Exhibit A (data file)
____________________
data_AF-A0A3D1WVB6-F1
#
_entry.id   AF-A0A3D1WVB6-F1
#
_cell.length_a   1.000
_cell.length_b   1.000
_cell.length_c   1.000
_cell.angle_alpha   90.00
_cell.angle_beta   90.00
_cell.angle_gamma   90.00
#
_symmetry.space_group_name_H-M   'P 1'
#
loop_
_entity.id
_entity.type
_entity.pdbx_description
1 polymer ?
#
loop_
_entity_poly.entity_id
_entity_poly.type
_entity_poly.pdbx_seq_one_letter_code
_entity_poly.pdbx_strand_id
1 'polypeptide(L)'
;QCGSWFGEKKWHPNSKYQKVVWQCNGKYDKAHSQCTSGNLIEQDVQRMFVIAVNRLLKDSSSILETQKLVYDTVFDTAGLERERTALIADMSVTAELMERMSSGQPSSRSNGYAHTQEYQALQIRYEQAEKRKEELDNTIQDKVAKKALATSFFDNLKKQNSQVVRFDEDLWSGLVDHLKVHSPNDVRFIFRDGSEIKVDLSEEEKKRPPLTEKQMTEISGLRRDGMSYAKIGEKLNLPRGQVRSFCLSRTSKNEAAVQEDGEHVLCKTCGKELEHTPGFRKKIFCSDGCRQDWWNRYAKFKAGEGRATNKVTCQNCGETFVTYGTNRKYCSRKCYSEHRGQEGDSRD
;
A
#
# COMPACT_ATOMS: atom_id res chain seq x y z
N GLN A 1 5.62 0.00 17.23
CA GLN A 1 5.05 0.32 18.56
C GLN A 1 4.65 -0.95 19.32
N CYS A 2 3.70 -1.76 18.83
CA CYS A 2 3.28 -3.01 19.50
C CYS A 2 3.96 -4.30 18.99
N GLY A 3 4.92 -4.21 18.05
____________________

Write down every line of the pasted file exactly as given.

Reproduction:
data_AF-A0A3D1WVB6-F1
#
_entry.id   AF-A0A3D1WVB6-F1
#
_cell.length_a   1.000
_cell.length_b   1.000
_cell.length_c   1.000
_cell.angle_alpha   90.00
_cell.angle_beta   90.00
_cell.angle_gamma   90.00
#
_symmetry.space_group_name_H-M   'P 1'
#
loop_
_entity.id
_entity.type
_entity.pdbx_description
1 polymer ?
#
loop_
_entity_poly.entity_id
_entity_poly.type
_entity_poly.pdbx_seq_one_letter_code
_entity_poly.pdbx_strand_id
1 'polypeptide(L)'
;QCGSWFGEKKWHPNSKYQKVVWQCNGKYDKAHSQCTSGNLIEQDVQRMFVIAVNRLLKDSSSILETQKLVYDTVFDTAGLERERTALIADMSVTAELMERMSSGQPSSRSNGYAHTQEYQALQIRYEQAEKRKEELDNTIQDKVAKKALATSFFDNLKKQNSQVVRFDEDLWSGLVDHLKVHSPNDVRFIFRDGSEIKVDLSEEEKKRPPLTEKQMTEISGLRRDGMSYAKIGEKLNLPRGQVRSFCLSRTSKNEAAVQEDGEHVLCKTCGKELEHTPGFRKKIFCSDGCRQDWWNRYAKFKAGEGRATNKVTCQNCGETFVTYGTNRKYCSRKCYSEHRGQEGDSRD
;
A
#
# COMPACT_ATOMS: atom_id res chain seq x y z
N GLN A 1 5.62 0.00 17.23
CA GLN A 1 5.05 0.32 18.56
C GLN A 1 4.65 -0.95 19.32
N CYS A 2 3.70 -1.76 18.83
CA CYS A 2 3.28 -3.01 19.50
C CYS A 2 3.96 -4.30 18.99
N GLY A 3 4.92 -4.21 18.05